Sunday, February 19, 2012

Your Big Red Book: Four More From The Cultural Revolution Cookbook

Spicy White Radish Salad

The Chinese seldom eat vegetables that have not been cooked thoroughly, but this one is an exception. These large radishes -- which you can often find in American supermarkets -- are especially sweet and lend themselves to being eaten raw. Topping this dish off with a large spoonful of crushed, roasted nuts will add even more flavor and texture.


1 large white, Daikon radish (if unavailable, 2-3 turnips may be substituted)
3-4 cloves of garlic
1 slice ginger (about the size and thickness of a quarter)
1 tsp. (5 ml.) vegetable oil
2 Tbsp. (30 ml.) sesame oil
3 Tbsp. (45 ml.) soy sauce
3 Tbsp. (45 ml.) dark vinegar (but white will do)
1 tsp. to 1 Tbsp. (5 to 15 ml.) hot sauce, to taste (Chinese cooks use a paste made with hot peppers, but Tabasco sauce may be substituted)


  1. Wash and peel the radish and slice it into strips about 2-3 inches (5-7 cm.) long and 1/4 inch (6mm.) wide. Crush the garlic and chop the ginger, mixing them together into a smooth paste.
  2. Mix all the ingredients (except the radish) together and add them to the garlic-ginger paste. Blend them well into a sauce.
  3. Arrange the radish pieces on a serving plate, cover with the sauce and serve.


1. The other night, when I couldn’t find a daikon radish at my local market, and didn’t feel like essaying the turnip version, I substituted instead a combination of thinly sliced red radishes and baby bok choy.  It was excellent.  I have not tried adding the crushed roasted nuts yet, but I imagine it would be wonderful.  

2. Chinese dark vinegar is a complex blend from the Chinkiang Province of China made of glutinous rice and malt.  I have seen it in both extremely affordable (at Chinese groceries) and overly expensive versions (at Western specialty markets). It is somewhat similar to a balsamic vinegar, which may be substituted.  Another “close enough”equivalent might be a red rice vinegar with a small amount of superfine sugar added.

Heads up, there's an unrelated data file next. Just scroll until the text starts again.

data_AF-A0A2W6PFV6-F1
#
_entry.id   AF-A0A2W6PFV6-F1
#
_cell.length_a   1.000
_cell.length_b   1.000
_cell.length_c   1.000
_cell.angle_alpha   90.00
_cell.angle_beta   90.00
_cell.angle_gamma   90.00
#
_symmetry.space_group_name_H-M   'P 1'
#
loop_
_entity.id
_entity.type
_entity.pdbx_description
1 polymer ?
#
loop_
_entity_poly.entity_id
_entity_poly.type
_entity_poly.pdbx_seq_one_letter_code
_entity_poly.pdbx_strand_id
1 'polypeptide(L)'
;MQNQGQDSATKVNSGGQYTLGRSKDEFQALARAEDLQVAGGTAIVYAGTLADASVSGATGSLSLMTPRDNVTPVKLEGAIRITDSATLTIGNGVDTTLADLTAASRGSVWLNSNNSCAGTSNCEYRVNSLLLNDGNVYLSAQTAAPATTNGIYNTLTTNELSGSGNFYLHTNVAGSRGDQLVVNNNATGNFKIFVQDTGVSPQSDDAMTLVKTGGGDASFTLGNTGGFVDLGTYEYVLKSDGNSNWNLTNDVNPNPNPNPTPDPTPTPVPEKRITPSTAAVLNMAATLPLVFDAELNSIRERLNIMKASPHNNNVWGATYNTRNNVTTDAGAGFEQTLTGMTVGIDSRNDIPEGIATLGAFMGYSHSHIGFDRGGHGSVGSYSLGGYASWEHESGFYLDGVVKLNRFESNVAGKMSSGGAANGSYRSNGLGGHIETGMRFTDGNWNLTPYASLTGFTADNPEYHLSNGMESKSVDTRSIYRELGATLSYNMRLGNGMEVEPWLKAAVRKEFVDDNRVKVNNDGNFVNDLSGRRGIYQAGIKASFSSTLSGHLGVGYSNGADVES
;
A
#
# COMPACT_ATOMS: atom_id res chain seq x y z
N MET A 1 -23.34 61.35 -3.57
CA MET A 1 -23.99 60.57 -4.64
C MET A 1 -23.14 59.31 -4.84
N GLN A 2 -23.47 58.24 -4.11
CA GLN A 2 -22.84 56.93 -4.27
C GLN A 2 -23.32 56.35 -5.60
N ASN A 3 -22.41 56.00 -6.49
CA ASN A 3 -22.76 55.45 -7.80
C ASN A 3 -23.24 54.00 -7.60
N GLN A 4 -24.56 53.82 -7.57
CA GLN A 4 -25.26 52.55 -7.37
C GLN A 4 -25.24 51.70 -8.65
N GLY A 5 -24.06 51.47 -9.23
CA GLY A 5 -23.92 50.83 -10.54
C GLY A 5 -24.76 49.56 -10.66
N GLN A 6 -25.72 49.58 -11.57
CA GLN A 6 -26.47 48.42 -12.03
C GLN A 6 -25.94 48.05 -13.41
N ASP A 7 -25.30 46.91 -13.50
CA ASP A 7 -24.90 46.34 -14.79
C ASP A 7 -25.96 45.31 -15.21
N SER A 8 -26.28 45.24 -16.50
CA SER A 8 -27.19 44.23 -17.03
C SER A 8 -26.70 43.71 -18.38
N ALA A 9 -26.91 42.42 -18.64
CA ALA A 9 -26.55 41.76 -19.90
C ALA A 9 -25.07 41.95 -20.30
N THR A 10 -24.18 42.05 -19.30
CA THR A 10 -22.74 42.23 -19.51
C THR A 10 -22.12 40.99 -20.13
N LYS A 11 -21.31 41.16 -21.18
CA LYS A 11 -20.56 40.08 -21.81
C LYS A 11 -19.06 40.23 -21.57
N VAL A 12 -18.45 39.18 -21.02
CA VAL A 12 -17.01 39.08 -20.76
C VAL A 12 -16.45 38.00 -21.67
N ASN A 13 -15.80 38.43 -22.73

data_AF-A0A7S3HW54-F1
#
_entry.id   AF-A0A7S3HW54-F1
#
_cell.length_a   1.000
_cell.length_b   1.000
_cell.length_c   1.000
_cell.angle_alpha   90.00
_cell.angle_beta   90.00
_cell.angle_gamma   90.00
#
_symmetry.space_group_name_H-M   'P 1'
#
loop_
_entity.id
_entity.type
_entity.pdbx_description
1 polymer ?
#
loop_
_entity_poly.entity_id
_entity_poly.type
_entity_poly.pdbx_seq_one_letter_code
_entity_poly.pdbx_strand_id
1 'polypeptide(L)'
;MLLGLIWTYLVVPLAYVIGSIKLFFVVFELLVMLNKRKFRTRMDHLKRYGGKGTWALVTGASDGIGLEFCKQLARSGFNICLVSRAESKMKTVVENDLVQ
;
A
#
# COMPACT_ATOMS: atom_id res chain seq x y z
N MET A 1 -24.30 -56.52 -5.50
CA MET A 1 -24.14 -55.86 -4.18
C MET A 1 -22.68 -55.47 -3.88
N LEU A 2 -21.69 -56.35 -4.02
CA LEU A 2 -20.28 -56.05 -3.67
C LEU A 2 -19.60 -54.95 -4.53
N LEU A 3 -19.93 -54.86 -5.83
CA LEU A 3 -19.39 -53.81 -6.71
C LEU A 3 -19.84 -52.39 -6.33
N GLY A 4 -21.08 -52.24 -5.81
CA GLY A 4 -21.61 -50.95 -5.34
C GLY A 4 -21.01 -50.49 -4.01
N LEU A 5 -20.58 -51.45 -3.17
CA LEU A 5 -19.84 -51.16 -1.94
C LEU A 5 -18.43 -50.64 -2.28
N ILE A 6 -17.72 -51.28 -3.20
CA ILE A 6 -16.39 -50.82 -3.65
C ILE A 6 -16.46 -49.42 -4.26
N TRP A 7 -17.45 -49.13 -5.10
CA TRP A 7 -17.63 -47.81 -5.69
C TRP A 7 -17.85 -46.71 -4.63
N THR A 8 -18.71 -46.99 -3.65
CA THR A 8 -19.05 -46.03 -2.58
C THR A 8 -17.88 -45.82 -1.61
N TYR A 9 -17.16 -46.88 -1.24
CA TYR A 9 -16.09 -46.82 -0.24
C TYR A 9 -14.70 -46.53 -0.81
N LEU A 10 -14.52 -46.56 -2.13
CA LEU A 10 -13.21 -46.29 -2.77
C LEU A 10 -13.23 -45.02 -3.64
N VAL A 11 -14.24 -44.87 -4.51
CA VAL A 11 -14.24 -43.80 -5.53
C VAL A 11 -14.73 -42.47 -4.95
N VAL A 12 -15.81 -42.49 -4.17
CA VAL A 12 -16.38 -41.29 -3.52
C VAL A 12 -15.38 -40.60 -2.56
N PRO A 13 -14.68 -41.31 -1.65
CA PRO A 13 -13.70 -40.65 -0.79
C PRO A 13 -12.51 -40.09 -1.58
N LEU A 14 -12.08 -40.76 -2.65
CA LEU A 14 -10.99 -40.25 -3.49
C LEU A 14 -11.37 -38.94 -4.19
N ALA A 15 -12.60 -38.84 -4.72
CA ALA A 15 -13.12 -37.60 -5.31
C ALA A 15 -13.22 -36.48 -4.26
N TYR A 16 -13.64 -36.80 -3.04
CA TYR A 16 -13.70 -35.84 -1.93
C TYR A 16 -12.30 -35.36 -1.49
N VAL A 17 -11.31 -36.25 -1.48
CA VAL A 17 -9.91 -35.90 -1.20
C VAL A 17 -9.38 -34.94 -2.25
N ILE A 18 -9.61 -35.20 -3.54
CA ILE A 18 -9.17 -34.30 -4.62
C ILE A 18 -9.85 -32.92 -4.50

Fried Eggs With Chives

The Chinese adore this combination of flavors; they feel eggs and chives are a match made in heaven.  This dish was popular among peasants and sent-down youth because both principal ingredients could be raised at home legally and consumed privately during most of the Cultural Revolution.


1 large bunch chives (about the diameter of a half-dollar or 30 mm). (Chinese chives recommended, if possible.)
4 eggs
Dash of salt
5 tbsp. cooking oil


1. Rinse off the chives and cut them into small pieces, each about an inch (2.5 cm) in length.   

2. Beat the eggs and add the salt.  Heat the oil in a wok.  When it begins to smoke, add the chives and stir-fry them until their color changes into a deep green. This should take about a minute.  

3. Add the eggs and stir-fry them until they solidify.  Remove and stir.

Steamed Savory Egg Custard

This was a particularly popular dish during the Cultural Revolution because it did not require oil, which was strictly rationed, and because portions could be increased by dilution so that adding more water meant feeding more people.


2 eggs
3 ½ cups (900 ml.) cold water
Dash of salt
¼ scallion (spring onion)
1-2 Tbsp. sesame oil (optional)
Sprig of cilantro or parsley (for garnish; optional)


1. Beat the eggs in a dish and add 1 ½ cups (about 400 ml.) of the water and the salt.  Mix well.  Cut the scallion into small pieces.